Bedemon – Symphony of Shadows Review

Bedemon // Symphony of Shadows
Rating: 4.5/5.0 — Before there was vest metal, there was flowered vest metal!!
Label: Svart Records
Websites: |
Release Dates: EU: 08.24.2012 US: 10.23.2012

Here’s something really and truly out of the past. Bedemon has been an on and off (mostly off) American doom band with roots going back to the early 70s, thus making them one of the oldest doom acts from these shores. The band was the brainchild of one Randy Palmer, who was closely associated with the members of Pentagram. In fact, he spent several years in Pentagram, and Pentagram’s Bobby Liebling and Geof O’Keefe spent time in Bedemon. Though they churned out a series of crude demos over time, there was nothing officially released until the 2005 demo compilation, Child of Darkness. Apparently, the tracks that would become Symphony of Shadows were written by Palmer as far back as 2002, but tragically, he passed away later that year. To honor Palmer’s memory and music, O’Keefe, bassist Mike Matthews and new vocalist Craig Junghandel set out to complete the album. Clearly a labor of love and a decade in the making, we finally get the first (and I assume last) proper Bedemon album. It was worth the seemingly Herculean effort, since this is an odd but awesome old school doom gem. The sound is unsurprisingly close to the first two Pentagram albums, with elements of Wino-era Saint Vitus and even Danzig, thus making things meaty, heavy and satisfyingly old and moldy. While all the material is of high quality, there are a few monumental doom masterstrokes here that staggered me and made me wish I could expect more in the future. If you love that classic doom sound pioneered by Sabbath, Witchfinder General and Pentagram, this is a no brainer and will likely be one of the big surprises of 2012.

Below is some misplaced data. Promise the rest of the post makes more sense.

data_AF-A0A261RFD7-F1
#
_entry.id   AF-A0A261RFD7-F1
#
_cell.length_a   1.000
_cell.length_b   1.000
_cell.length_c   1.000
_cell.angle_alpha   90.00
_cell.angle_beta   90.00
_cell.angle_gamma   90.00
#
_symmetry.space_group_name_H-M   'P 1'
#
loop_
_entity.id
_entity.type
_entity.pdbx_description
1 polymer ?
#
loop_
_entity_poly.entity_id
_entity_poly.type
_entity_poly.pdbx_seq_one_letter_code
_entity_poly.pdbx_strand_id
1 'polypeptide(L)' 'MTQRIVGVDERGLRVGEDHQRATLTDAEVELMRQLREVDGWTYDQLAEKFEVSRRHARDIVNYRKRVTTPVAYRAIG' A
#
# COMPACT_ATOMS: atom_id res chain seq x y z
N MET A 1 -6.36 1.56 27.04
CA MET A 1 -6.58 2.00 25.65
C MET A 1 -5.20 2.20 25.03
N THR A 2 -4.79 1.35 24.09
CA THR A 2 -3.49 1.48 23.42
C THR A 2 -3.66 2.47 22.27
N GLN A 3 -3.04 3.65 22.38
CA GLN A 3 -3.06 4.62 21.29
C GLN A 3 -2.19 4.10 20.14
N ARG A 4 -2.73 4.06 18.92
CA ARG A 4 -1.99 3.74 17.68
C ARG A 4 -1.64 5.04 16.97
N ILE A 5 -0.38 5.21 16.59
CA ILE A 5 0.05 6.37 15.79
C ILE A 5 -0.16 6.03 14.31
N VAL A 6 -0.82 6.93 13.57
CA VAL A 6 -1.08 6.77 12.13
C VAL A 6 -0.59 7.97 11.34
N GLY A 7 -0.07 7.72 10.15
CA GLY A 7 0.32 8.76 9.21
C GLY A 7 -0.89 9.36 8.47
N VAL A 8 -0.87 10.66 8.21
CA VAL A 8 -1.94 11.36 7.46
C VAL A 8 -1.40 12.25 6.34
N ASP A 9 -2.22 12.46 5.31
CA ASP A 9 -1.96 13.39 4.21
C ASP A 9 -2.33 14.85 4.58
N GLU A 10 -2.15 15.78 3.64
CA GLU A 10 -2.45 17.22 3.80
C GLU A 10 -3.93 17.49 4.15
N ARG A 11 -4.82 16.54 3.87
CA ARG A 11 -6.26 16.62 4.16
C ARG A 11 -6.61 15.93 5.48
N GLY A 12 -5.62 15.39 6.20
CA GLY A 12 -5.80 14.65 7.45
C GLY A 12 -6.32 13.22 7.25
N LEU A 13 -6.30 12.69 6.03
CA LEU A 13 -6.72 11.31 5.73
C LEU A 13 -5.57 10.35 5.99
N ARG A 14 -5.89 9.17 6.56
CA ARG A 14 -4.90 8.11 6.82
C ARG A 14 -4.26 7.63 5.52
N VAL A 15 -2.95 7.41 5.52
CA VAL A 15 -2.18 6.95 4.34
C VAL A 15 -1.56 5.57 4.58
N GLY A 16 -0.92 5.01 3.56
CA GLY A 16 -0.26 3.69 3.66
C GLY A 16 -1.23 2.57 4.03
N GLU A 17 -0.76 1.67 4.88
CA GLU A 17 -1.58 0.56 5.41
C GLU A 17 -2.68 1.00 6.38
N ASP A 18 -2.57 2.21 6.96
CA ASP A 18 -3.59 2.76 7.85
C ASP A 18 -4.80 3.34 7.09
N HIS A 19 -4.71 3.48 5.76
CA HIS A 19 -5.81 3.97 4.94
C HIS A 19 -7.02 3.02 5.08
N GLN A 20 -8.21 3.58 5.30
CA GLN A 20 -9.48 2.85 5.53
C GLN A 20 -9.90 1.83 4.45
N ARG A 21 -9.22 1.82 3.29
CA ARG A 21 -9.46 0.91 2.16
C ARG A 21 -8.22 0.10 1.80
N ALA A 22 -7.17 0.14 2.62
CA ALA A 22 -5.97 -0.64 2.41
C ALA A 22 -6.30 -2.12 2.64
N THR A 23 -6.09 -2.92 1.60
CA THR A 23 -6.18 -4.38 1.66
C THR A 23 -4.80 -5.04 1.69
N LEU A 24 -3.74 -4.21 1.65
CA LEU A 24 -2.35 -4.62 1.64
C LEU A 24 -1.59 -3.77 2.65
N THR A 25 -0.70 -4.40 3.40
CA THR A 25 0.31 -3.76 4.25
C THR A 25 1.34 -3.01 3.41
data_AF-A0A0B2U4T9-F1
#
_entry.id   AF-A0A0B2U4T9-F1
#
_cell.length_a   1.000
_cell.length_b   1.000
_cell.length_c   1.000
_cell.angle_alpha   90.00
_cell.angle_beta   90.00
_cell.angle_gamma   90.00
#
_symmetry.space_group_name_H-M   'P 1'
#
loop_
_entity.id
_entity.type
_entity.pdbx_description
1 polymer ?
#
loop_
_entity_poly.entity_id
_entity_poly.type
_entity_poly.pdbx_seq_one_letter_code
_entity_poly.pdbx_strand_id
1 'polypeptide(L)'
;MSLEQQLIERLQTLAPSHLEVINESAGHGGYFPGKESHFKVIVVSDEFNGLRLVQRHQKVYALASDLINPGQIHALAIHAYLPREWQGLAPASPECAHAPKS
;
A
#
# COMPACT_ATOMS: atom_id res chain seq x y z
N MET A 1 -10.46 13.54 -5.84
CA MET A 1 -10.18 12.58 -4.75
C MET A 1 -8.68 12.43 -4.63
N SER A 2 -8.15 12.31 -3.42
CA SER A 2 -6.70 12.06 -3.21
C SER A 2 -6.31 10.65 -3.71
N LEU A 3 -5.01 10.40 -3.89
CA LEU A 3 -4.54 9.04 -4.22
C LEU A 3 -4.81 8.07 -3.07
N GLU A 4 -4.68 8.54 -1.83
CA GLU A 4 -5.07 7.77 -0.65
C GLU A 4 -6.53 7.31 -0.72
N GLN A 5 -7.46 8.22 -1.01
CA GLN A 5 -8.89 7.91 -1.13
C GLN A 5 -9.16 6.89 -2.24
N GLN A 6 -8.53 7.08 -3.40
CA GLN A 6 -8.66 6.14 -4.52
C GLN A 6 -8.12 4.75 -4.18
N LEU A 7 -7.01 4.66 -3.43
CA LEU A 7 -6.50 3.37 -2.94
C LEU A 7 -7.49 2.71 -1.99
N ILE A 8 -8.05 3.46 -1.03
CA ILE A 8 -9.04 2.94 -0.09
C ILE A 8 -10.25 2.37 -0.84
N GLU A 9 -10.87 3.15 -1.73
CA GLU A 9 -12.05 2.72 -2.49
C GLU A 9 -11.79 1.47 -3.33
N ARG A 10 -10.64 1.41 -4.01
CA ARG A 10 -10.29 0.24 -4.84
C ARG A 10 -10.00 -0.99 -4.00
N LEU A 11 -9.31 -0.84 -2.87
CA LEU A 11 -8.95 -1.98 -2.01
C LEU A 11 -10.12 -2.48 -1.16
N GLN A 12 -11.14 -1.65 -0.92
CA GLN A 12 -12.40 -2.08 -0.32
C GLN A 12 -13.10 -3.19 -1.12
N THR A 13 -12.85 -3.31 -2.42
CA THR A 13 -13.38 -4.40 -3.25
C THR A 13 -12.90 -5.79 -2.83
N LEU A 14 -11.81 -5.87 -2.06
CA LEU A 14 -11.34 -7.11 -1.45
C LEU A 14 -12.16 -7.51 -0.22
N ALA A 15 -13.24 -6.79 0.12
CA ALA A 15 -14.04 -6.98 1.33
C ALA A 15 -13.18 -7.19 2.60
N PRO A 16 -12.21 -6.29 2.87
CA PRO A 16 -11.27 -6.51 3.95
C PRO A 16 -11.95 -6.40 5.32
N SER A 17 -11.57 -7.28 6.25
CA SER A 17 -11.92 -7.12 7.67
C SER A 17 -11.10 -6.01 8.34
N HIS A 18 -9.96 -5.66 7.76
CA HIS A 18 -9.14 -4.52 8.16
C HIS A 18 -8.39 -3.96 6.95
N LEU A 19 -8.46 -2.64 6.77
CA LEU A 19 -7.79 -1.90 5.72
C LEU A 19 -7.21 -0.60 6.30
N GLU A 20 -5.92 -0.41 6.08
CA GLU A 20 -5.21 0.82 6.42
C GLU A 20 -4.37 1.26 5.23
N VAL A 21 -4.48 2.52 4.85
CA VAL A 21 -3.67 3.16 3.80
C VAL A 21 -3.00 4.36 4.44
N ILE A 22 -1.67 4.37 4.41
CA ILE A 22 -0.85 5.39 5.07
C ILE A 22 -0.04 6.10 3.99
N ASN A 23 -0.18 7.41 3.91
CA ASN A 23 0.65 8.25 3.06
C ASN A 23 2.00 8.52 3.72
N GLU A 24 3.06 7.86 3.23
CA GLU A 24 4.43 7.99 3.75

As soon as “Saviour” hits your speakers, you’ll be greeted with top shelf doom loaded with sweetly heavy, groovy riffs, Ozzy-meets-Wino vocals and a BIG, memorable chorus. Its pure class and it’s a great introduction to the band. There are similarities to Phil Swanson’s work with Hour of 13 and everything screams old timey doom. This track alone is worth checking the album out and it’s one of the best doom songs of this year (by far). “Lord of Desolation” is like a lost track off Pentagram’s immortal Day of Reckoning opus, and in fact, sounds very very close to the song “Evil Seed.” I’m unsure if Palmer had some writing credit for the original or if it’s a homage, but either way, it’s a very good song with an eerie atmosphere. Elsewhere, there’s a palpable Sabbath swing to “Son of Darkness” and it has bigtime doom riffing and rocked out solos from a bygone era.